January 13, 2014 by Thomas Wictor
It’s 3:30 a.m. I originally posted this on August 12, 2013. Now I’ll directly address the person I’m going to make famous.
You read this and misinterpreted it, you dope. Like that cretin who interviewed me for the long article, you thought I’d become some kind of emasculated, half-assed Buddhist, forgiving all transgressions and plumply accepting whatever bricks people like you hurled at my head. You thought I was a New Age eunuch.
Here’s what you didn’t grasp: I’m like William Foster only in the sense that we’re both creatures of rage. You’re the real William Foster, the narcissistic perpetrator who rationalizes his crimes and tries to escape the consequences of his actions, even though he knows that what he’s doing is wrong. This post was about you and what you deserve.
Well, “my friend”—as you called me—I junked only my chronic rage. That didn’t make me a limp-wristed saint. What did you think pages 277-278 of Ghosts and Ballyhoo are about? I can call up my inner William Foster anytime I want.
Guess what? I want. The difference now is that I’m not actually enraged. Though I can’t sleep again because of you, what I feel is…serenity. I’ve never been more sure of the choices I’m making. You don’t understand that it’s possible to give up anger and still carry out acts of tremendous destruction.
My doctors tell me that in a year, I’ll be much better. I can wait another year. Where will you be in a year? Someplace pretty crappy, I’m betting.
The babbling fool who interviewed me repeated your utterly clueless conception of who I am. It was in the e-mails you sent him. Your view of me is so far off the mark that now I understand why you pursued this extremely ill-advised path. You and your drunk wife thought I’d become a mincing, “spiritual” pantywaist, which is demented because you also know that I put a Web designer out of business for defrauding me. I got chills of ecstasy when the hard-boiled VISA investigator said, “We’re going to make an example of her.”
Your new role in life—which I have assigned you—is being an example. Enjoy it.
One of my favorite films is Falling Down, starring Michael Douglas and Robert Duvall.
People don’t like the movie. I understand. It’s violent and at first glance appears to be a celebration of nihilism. It’s actually a nearly perfect cautionary tale.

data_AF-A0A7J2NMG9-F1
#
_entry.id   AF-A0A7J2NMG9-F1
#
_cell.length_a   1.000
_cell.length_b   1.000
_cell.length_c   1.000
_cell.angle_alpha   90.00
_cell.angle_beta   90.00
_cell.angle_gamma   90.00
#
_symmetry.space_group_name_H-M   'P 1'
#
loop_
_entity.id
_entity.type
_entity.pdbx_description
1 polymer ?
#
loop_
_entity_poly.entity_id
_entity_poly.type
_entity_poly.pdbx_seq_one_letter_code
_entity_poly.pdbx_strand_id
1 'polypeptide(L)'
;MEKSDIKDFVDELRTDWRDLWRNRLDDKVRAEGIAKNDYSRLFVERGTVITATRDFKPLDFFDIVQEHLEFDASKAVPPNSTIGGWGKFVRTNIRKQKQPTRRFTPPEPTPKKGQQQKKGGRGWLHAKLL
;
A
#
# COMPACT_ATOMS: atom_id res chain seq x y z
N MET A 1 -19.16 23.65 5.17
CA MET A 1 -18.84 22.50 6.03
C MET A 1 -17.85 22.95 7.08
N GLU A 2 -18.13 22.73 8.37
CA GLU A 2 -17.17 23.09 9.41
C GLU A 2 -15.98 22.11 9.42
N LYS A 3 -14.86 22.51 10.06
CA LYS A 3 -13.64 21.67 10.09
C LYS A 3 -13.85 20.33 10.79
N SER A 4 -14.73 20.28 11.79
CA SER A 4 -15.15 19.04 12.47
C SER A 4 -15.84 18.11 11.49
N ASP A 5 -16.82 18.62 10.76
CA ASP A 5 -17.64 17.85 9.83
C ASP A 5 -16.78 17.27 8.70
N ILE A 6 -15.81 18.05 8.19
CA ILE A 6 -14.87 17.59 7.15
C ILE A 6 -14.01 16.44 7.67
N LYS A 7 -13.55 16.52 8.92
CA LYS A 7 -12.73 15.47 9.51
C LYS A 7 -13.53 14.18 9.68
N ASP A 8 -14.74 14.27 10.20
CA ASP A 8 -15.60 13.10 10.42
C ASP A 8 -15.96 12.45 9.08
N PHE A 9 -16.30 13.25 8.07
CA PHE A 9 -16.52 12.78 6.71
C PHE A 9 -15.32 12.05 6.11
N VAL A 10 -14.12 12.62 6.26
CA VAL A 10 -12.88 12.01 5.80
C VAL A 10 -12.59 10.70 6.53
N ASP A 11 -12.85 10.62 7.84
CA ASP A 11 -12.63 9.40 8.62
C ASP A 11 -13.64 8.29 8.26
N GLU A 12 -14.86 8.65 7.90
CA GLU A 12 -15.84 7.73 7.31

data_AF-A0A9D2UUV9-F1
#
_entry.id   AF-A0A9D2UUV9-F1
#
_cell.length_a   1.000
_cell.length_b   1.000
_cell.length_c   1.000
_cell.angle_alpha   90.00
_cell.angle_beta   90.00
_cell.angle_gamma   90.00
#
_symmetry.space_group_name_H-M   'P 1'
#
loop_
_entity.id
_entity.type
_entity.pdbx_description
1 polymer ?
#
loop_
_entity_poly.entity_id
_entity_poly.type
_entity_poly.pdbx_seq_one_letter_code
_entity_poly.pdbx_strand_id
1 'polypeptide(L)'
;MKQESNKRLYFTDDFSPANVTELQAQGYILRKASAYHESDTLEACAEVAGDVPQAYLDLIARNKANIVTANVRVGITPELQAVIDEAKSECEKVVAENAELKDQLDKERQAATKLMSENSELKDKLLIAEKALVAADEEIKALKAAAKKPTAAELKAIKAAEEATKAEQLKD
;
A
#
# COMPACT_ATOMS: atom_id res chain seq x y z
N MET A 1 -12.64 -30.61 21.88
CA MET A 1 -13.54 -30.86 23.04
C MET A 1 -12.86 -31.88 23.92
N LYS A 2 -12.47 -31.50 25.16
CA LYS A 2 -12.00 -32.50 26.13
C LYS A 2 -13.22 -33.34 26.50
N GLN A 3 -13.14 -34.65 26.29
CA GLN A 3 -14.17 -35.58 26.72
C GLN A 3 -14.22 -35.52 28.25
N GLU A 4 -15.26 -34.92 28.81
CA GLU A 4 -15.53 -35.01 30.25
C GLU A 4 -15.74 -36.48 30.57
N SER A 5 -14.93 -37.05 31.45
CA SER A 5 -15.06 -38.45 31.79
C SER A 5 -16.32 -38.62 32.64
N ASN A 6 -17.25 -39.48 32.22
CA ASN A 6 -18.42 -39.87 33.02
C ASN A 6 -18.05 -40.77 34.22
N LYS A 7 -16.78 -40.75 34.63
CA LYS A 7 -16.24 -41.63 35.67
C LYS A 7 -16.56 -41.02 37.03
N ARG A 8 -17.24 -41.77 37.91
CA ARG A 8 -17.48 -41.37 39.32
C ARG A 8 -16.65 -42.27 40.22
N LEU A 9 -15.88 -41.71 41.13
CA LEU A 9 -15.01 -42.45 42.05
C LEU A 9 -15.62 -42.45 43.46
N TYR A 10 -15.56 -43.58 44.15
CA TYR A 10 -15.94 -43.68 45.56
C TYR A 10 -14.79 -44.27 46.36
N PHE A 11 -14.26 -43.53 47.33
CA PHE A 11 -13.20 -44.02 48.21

There are a few typical Hollywood touches that I could do without, such as the fact that an American flag is generally in the scene when something grotesque is happening. Plenty of movies use the same sneaky iconography. The Silence of the Lambs, for instance, has an American flag covering the car in the storage unit, where Agent Starling finds the severed head in the jar. There are also two American flags visible when Starling shoots Buffalo Bill to death: One is on the wall, and the other is the tiny version you give to children at parades. The serial killers in The Silence of the Lambs are “flag wavers.”
In Falling Down, pivotal sequences take place in a barrio, at a fast food restaurant, on a golf course, and at an obscenely gigantic mansion. The antihero William Foster (Michael Douglas) works for a defense contractor. Nick (Frederic Forrest)—the hideous, raving, homophobic, repressed-gay Nazi—is a right-wing gun nut. A disabled, black veteran begging from his wheelchair is draped in the Stars and Stripes. A well-dressed black man in a shirt and tie can’t get a loan, and he’s carted off by the police for picketing the bank. Every cop except for Sergeant Martin Prendergast (Robert Duvall) and Detective Sandra Torres (Rachel Ticotin) is a crude, swinish blockhead.
Most of the characters are cartoons, from the gangbangers, the burger joint manager, the road crews, and even the passersby. On its surface the film is supposed to be a series of subtle digs at the United States. To me that sort of symbolism has all the subtlety of this.
Doesn’t matter. I don’t care about the symbolism. It’s the story that’s important. William Foster loses everything because of his rage. He’s a failure as a husband, a father, a provider, and an employee. You can pretty much say he’s a failure as a human being. He refuses to accept reality and goes on a murderous rampage across Los Angeles on foot, trying to “go home” and be with his ex-wife and his little daughter on her birthday, even though he isn’t wanted there.
I identify totally with Foster, despite the fact that I never turned my rage outward. Foster blames everyone else for his own failures. He says, “I did everything they told me to do. They lied to me!”
Sergeant Prendergast has the perfect answer: “They lie to everybody.”